Research group of Dr. Yingying Zhang from Department of Chemistry and Center for Nano and Micro Mechanics (CNMM) of Tsinghua University (Beijing, China) made progress on stretchable textiles and published their work on ACS Appl. Mater. Interfaces.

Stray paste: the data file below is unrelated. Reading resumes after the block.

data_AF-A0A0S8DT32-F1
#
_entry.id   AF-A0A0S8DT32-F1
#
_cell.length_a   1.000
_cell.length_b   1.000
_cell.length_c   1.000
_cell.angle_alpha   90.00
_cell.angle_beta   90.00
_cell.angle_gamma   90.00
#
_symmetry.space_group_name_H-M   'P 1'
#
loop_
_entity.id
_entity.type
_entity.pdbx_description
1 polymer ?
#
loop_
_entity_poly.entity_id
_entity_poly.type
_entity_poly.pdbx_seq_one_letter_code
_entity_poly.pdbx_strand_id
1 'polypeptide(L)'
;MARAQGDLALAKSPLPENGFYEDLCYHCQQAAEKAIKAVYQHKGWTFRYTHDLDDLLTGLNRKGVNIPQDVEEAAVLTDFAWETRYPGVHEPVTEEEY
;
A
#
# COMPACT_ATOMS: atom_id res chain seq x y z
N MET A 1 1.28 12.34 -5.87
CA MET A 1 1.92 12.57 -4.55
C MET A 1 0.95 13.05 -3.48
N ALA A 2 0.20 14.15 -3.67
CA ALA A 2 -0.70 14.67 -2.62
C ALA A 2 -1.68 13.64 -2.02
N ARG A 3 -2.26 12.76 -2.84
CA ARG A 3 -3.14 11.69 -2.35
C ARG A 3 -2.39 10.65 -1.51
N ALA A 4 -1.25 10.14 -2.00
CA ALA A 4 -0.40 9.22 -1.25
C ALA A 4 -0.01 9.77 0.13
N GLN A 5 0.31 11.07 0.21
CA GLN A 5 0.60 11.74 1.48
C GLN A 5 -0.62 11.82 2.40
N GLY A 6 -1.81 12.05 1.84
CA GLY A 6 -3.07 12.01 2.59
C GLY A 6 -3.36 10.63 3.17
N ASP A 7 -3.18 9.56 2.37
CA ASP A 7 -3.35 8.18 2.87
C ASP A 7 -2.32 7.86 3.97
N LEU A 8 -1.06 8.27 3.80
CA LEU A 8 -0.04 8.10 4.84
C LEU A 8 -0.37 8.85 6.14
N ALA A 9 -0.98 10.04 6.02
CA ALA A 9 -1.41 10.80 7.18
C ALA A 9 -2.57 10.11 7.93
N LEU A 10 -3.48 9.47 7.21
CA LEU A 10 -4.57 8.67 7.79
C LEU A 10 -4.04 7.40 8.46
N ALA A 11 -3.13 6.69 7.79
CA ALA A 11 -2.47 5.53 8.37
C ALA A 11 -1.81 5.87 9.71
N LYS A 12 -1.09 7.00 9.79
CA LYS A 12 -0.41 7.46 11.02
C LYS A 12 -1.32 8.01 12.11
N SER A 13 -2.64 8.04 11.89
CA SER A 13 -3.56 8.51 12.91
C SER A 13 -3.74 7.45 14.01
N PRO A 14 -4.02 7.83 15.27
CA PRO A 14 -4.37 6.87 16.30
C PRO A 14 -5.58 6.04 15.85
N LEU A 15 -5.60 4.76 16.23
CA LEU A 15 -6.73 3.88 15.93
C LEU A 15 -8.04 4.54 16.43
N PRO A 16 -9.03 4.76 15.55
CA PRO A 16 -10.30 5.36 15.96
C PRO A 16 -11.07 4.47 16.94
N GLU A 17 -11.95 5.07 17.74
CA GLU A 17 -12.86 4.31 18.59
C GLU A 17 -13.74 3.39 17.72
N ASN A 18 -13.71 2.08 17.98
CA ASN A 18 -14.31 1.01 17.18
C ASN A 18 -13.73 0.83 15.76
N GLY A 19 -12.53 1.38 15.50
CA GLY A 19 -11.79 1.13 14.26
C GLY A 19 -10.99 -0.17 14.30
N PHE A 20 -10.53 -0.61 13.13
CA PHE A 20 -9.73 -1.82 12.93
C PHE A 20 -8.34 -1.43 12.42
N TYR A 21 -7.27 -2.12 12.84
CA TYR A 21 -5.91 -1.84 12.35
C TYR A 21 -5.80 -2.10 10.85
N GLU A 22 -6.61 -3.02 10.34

As an important component of wearable electronics, stretchable conductors that could maintain high conductivity under various mechanical deformations has been extensively investigated. An intrinsically stretchable and highly conductive textile based stretchable conductor was developed by utilizing low-cost and mass-produced weft-knitted textiles (e.g. Modal textile) as raw materials through a simple thermal treatment. The unique weft-knitted structure and the pyrolysis induced formation of the graphite-like carbon fibers could be attributed to the unique mech-electrical property that the conductive textile either directly or after being encapsulated in an elastomer, was able to sustain large tensile strains while keeping stable electrical conductivity. More precisely, for a bare conductive textile, the relative variation of resistance is within 3% under strain up to 70%, while for a textile/Ecoflex composite, the variation is within 3% under strain up to 125%. As a proof of concept, stretchable supercapacitors and elastic thermal therapy devices could be fabricated by using the intrinsically stretchable and conductive textile, both of which showed superior performances. Considering the simplicity and large scalability of the thermal treatment process, the low cost and mass production of the raw textile materials, and the superior performances of the obtained conductive textiles, the strategy for stretchable conductors reported in this work, might pave a new way for the large-scale and cost-effective fabrication of elastic electronic textiles and contribute to the development and industrial production of wearable electronics.

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